FOR some, the name Snake Valley will conjure images of a sea of slippery reptiles slithering between the hills.
But the small town is far from that and is in-fact named after the river where miners used to pan for gold.
It is a country community steeped in history.
From the time it was first settled in the 1850s in the midst of the gold rush, Snake Valley has been evolving towards its modern form: a quiet country town that oozes history and has a strong sense of community.
Set among rolling hills, it’s picturesque too.
“You can be whatever you want to be in Snake Valley,” says local resident of several decades Pat Yeoman.
“If you want to be involved you can, but if you want to be in the bush and you quite like peace that’s fine too.”
But Ms Yeoman said the town’s proud past was the main attraction.
“Fishing is always good but history is the thing and we (the Woady Yaloak Historical Society) do have some open days,” she said, before speaking of the town’s changes over the past 150 years.
“We were more or less a left over gold mining town. Then there were a lot of labourers here who found jobs in different places and then people started working in Ballarat.
“Then quite a bit of the area was subdivided and that’s when a lot of the new people came in.”
As for the prospect of striking it rich, Ms Yeoman said there was still hope.
“For people with detectors I’m sure there’s still gold there, but it might be way down,” she said.
“I don’t think there’d be much left on the surface. You can go west and you’ll find diggers holes and see where they have been.”
Municipality: Pyrenees Shire
First settled: 1859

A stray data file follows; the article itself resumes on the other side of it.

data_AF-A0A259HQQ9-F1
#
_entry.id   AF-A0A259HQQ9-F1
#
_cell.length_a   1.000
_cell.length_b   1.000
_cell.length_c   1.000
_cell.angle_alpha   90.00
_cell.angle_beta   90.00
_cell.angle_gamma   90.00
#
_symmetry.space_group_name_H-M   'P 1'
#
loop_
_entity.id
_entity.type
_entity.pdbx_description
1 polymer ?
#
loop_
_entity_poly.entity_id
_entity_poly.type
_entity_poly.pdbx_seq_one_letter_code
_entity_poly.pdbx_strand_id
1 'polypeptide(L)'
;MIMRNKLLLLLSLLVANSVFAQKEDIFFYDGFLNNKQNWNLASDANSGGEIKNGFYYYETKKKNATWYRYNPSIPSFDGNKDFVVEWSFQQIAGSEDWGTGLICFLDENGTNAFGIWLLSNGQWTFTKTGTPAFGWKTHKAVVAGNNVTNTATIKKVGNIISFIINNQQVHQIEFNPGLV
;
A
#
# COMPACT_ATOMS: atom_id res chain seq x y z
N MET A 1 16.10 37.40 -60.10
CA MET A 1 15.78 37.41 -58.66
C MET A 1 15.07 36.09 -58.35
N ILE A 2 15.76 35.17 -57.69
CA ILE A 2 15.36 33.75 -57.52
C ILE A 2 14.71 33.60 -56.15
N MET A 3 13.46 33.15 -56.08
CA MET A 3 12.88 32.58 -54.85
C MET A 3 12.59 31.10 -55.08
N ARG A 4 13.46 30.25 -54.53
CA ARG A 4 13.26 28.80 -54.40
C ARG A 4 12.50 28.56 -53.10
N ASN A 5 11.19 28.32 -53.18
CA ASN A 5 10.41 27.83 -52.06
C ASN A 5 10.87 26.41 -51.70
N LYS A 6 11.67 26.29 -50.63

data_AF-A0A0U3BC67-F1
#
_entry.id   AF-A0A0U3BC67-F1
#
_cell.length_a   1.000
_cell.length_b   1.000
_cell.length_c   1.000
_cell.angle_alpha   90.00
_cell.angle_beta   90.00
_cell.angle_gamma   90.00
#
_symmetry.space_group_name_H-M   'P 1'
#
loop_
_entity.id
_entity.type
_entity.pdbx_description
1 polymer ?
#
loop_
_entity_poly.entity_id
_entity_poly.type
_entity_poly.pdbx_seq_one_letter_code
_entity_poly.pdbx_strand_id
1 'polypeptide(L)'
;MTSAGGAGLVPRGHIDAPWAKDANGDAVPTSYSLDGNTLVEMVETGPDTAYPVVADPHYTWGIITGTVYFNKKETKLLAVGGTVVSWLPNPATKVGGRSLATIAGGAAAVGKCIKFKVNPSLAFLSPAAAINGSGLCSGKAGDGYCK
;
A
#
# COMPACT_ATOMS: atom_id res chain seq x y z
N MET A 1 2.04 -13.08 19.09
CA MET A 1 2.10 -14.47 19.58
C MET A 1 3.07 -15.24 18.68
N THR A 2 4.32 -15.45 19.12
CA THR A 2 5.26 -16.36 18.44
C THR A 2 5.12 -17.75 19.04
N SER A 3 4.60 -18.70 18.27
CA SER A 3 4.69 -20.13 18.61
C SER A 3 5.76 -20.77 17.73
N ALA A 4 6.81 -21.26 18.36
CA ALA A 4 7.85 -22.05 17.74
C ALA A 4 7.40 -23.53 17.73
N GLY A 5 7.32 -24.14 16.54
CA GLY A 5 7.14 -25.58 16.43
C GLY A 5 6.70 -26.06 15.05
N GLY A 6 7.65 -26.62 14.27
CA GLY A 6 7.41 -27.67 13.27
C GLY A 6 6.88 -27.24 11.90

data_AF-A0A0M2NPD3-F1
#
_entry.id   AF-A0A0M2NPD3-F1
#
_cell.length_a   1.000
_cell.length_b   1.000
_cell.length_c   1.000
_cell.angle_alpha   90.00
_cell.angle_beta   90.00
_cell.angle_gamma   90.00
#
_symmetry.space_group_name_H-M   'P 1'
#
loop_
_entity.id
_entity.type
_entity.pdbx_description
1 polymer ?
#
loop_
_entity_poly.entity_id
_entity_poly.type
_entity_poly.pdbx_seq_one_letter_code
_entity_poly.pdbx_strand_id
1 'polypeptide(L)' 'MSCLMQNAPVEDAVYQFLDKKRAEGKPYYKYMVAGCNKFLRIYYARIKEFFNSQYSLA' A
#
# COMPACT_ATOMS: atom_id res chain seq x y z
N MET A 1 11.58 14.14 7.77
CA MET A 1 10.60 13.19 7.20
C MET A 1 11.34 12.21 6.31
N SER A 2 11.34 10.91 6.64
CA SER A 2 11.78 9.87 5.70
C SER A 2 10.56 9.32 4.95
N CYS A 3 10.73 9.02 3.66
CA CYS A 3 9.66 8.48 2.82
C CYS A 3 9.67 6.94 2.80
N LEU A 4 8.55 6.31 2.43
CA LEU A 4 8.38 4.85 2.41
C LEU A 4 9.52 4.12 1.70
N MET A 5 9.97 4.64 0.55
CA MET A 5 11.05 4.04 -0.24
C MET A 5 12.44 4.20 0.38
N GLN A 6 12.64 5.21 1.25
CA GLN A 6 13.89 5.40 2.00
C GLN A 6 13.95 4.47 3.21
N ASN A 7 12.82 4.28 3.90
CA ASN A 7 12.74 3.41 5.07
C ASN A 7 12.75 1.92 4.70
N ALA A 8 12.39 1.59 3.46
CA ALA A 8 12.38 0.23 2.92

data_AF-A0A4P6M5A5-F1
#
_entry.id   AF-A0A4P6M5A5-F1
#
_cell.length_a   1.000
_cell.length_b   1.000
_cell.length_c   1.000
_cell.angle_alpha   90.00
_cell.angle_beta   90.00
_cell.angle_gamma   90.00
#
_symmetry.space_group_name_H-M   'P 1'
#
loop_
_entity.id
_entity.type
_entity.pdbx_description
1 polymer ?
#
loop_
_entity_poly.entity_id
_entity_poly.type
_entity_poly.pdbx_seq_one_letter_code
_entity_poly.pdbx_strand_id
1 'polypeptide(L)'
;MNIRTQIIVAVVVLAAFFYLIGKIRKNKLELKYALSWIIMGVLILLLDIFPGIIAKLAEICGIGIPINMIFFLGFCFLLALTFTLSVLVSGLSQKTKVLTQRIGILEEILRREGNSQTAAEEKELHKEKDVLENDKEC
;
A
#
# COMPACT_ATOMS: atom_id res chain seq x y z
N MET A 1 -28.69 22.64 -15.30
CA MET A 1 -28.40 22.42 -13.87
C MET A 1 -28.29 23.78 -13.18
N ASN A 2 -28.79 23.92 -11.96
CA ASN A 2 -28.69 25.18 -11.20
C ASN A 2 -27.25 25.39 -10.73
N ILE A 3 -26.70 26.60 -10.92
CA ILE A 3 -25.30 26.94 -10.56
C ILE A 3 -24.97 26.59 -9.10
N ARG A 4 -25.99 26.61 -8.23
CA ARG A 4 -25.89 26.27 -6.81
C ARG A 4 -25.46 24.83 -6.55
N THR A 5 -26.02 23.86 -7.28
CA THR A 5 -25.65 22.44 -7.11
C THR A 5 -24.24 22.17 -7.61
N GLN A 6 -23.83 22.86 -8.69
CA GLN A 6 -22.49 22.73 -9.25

Main industries: Agriculture especially broad acre farming, grazing and timber.
Claim to fame: One of Snake Valley's most famous sons was the Reverend John Flynn, who established what eventually became the Royal Flying Doctor Service.
In addition, between 1887 and 1913 Snake Valley's Jubilee Historic Mine Reserve produced around $80 million worth of gold.
Five fast facts
1. The Reverend John Flynn, who was known as Flynn of the Inland and established the Royal Flying Doctor Service, went to school in Snake Valley.
2. Despite being a small town, Snake Valley has churches of five different Christian denominations, although not all of them are currently being used as places of worship.
3. The post office first opened in 1859.
4. A 30 hour siege took place in Snake Valley in June 2011. The man responsible was jailed for 26 months.
Five things to do
1. Take a four kilometre stroll around the town on the Snake Valley historical circuit.
2. Get a glimpse of the old police lock up, which is still standing in the backyard of a property on the corner of Snake Valley Smythes and Carngham-Linton roads.
3. Enjoy a schnitzel night with the local football club each Friday, but make sure you call ahead to check it’s still on.
4. Check out the local observatory just off the main road.
5. On a hot day cool off at the old mining hole Mag Dam on Magdam Road.